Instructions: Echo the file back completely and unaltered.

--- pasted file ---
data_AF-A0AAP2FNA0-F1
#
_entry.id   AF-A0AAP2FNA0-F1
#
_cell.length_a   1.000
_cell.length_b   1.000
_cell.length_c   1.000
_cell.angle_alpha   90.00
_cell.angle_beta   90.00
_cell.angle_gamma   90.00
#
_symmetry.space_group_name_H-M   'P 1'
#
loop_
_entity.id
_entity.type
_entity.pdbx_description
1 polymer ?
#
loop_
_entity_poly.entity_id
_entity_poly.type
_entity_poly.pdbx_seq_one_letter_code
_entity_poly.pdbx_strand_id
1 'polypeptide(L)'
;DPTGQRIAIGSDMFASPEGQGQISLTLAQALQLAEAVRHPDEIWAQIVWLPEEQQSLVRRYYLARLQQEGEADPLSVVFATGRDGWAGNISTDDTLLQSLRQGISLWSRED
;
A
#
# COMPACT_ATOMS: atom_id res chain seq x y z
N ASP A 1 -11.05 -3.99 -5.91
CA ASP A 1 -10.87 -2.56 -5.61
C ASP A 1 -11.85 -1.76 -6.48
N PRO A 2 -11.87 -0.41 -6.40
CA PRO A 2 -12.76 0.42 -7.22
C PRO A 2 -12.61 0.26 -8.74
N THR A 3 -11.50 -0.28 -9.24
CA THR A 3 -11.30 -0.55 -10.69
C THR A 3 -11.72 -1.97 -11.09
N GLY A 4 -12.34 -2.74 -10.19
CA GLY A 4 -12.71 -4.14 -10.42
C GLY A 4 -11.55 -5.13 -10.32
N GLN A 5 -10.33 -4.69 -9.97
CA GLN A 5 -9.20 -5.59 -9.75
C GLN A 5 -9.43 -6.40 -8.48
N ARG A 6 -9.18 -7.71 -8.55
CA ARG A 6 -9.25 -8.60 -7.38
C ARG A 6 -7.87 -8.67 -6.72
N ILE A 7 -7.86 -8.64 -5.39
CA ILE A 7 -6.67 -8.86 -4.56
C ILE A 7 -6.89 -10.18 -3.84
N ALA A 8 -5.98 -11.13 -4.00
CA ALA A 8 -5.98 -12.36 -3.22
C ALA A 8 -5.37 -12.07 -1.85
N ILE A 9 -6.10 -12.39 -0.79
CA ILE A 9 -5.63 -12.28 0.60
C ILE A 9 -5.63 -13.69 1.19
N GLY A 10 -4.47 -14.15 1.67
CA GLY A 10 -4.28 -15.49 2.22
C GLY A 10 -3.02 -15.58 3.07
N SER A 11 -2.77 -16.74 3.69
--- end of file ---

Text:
data_AF-A0AAP2FNA0-F1
#
_entry.id   AF-A0AAP2FNA0-F1
#
_cell.length_a   1.000
_cell.length_b   1.000
_cell.length_c   1.000
_cell.angle_alpha   90.00
_cell.angle_beta   90.00
_cell.angle_gamma   90.00
#
_symmetry.space_group_name_H-M   'P 1'
#
loop_
_entity.id
_entity.type
_entity.pdbx_description
1 polymer ?
#
loop_
_entity_poly.entity_id
_entity_poly.type
_entity_poly.pdbx_seq_one_letter_code
_entity_poly.pdbx_strand_id
1 'polypeptide(L)'
;DPTGQRIAIGSDMFASPEGQGQISLTLAQALQLAEAVRHPDEIWAQIVWLPEEQQSLVRRYYLARLQQEGEADPLSVVFATGRDGWAGNISTDDTLLQSLRQGISLWSRED
;
A
#
# COMPACT_ATOMS: atom_id res chain seq x y z
N ASP A 1 -11.05 -3.99 -5.91
CA ASP A 1 -10.87 -2.56 -5.61
C ASP A 1 -11.85 -1.76 -6.48
N PRO A 2 -11.87 -0.41 -6.40
CA PRO A 2 -12.76 0.42 -7.22
C PRO A 2 -12.61 0.26 -8.74
N THR A 3 -11.50 -0.28 -9.24
CA THR A 3 -11.30 -0.55 -10.69
C THR A 3 -11.72 -1.97 -11.09
N GLY A 4 -12.34 -2.74 -10.19
CA GLY A 4 -12.71 -4.14 -10.42
C GLY A 4 -11.55 -5.13 -10.32
N GLN A 5 -10.33 -4.69 -9.97
CA GLN A 5 -9.20 -5.59 -9.75
C GLN A 5 -9.43 -6.40 -8.48
N ARG A 6 -9.18 -7.71 -8.55
CA ARG A 6 -9.25 -8.60 -7.38
C ARG A 6 -7.87 -8.67 -6.72
N ILE A 7 -7.86 -8.64 -5.39
CA ILE A 7 -6.67 -8.86 -4.56
C ILE A 7 -6.89 -10.18 -3.84
N ALA A 8 -5.98 -11.13 -4.00
CA ALA A 8 -5.98 -12.36 -3.22
C ALA A 8 -5.37 -12.07 -1.85
N ILE A 9 -6.10 -12.39 -0.79
CA ILE A 9 -5.63 -12.28 0.60
C ILE A 9 -5.63 -13.69 1.19
N GLY A 10 -4.47 -14.15 1.67
CA GLY A 10 -4.28 -15.49 2.22
C GLY A 10 -3.02 -15.58 3.07
N SER A 11 -2.77 -16.74 3.69